Union getting even stronger with the current presidency

19Apr 2021
Editor
The Guardian
Union getting even stronger with the current presidency

LOOKING at what is happening on a daily basis, one gets the feeling that the union of the Mainland and Zanzibar is getting stronger each passing day, with impressions of lingering disaffection with the union diminishing by the day.

The current presidency, on account of institutional procedure sewed up with fate, looks like it is the phase to actually solidify the union, chiefly on account of unanimous support and loyalty to the new national leader, removing doubts as to respect of the constitution. It was a major step.

We saw on Saturday how a cultural troupe from Zanzibar was on stage, on the ground in ceremonies to commission newly graduating officers of the Tanzania People’s ‘Defence Forces (TPDF), which also involved cadets from neighbouring countries. Similarly, the Minister of State in the Vice President’s Office (Union and Environment) Selemani Jafo was on a visit to Zanzibar at midweek, where he sounded upbeat about ending pending contentious non-union matters. He said that the government is working on remaining issues, set to table for signing a resolution framework pact, implying that harmony is at hand.

During his tour of Zanzibar to visit various development projects Jafo was accompanied by Deputy Minister Hamad Hassan Chande, where the minister notably saw procedural challenges as things that ought to be behind us by now. He said the government is working hard to resolve the pending union challenges “so that we focus solely on improving the living standards of the people in the Mainland and Zanzibar.”He visited projects being implemented by the Tanzania Social Action Fund (TASAF) and the the Market Infrastructure, Value Addition and Rural Finance (MIVARF) projects, along with the World Bank linked SWIOfish project in Nungwi area. The latter refers to the South-West Indian Ocean Fisheries Governance and Shared Growth Project (Africa region), selecting priority fisheries for improvement.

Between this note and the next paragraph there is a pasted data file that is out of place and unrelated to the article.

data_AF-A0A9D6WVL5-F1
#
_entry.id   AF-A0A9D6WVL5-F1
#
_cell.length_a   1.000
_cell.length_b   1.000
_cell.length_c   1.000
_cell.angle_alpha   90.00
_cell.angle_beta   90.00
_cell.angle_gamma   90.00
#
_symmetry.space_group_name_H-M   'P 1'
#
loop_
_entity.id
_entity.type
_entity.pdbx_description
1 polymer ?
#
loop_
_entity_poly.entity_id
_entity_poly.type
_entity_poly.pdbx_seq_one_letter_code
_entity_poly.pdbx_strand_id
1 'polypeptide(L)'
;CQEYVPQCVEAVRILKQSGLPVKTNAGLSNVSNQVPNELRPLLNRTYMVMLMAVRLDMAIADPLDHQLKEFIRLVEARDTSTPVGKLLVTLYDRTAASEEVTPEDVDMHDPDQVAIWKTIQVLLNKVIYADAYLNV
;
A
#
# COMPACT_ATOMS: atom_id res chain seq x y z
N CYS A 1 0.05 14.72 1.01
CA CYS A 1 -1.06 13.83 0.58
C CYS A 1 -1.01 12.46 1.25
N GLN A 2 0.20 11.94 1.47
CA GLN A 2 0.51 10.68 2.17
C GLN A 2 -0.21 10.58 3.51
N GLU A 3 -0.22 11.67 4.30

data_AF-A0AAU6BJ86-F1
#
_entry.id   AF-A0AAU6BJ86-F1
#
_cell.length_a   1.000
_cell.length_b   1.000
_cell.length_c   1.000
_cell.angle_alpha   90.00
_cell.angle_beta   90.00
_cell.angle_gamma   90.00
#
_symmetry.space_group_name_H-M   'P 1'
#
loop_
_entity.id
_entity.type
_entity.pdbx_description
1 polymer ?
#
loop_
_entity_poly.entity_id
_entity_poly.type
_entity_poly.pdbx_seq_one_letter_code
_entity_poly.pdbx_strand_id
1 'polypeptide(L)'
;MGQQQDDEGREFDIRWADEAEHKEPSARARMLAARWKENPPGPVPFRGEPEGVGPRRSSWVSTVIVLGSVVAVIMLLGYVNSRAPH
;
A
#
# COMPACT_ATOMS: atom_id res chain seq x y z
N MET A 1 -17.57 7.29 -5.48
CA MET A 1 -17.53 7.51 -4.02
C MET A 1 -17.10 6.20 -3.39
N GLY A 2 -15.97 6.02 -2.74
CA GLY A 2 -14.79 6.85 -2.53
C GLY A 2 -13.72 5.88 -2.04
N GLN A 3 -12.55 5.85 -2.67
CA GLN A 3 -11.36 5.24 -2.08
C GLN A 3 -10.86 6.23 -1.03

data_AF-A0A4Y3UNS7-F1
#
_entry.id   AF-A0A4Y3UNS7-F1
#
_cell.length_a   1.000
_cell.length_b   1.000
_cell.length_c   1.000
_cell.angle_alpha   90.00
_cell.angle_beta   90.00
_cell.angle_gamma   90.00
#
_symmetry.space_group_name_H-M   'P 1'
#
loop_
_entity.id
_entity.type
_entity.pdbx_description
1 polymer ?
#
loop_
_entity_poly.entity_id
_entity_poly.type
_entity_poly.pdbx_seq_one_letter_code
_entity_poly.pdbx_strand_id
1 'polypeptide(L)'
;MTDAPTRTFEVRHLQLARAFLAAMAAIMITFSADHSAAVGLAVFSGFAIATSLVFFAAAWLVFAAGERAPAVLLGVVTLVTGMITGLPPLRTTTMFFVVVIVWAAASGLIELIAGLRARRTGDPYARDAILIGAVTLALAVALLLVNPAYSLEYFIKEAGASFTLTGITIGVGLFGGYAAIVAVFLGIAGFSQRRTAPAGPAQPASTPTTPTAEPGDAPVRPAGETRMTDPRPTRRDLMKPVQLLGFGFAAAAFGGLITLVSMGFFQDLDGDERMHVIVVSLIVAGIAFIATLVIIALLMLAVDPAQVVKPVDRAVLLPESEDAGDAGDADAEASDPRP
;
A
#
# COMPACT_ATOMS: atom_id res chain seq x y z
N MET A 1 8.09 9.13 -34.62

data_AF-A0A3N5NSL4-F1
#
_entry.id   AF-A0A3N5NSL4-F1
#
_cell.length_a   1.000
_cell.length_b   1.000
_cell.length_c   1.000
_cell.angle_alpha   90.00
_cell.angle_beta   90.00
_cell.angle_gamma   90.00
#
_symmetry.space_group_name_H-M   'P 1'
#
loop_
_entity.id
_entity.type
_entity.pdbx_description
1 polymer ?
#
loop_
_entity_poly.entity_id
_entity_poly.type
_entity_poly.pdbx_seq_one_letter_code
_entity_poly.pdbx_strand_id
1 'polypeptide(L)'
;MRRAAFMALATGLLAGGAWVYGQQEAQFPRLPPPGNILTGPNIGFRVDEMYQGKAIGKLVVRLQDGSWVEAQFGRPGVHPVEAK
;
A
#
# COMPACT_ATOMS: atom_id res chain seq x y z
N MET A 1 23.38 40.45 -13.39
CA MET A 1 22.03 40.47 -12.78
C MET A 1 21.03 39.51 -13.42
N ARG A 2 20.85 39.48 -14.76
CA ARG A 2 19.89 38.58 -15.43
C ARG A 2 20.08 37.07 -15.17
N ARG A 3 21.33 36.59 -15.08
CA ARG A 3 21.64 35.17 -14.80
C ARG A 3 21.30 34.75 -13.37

What strikes outsiders looking at the reports is that there is closer cooperation and ground inspection as to how projects linking the two parts of the country are being implemented, as further strengthening the union is a key objective. To this end, the minister tasked project managers with carefully managing the funds provided by the Union government for the implementation of various projects in order to bring good results. He expressed delight that the projects he visited were being implemented effectively. He all the same underlined that technical teams at work on the projects “have work to do in ensuring the projects reflect value for money criteria.”  Chances are that effective implementation equals value for money.

Echoing the spirit of Jafo’s tour, Khalid Bakari Hamran, the director of government coordination for Union Affairs in Zanzibar urged residents in the project areas to identify areas where they have noticed challenges so that proper implementation is exercised. TASAF disbursements notably increased from 12bn/- to 21.2bn/- in the past year in relation to Zanzibar projects, which enabled the department to beef up projects in health, education and water sectors. The near doubling of disbursements shows that institutions are working to enhance visible improvement in people’s lives.

It is hence with this background that in October last year, the government removed five issues off the list of contentious union matters, including the Joint Committee oil and gas exploration and exploitation. Where there is adequate goodwill on the use of public funds even from oil, strict delineation of the powers of each side is unnecessary.

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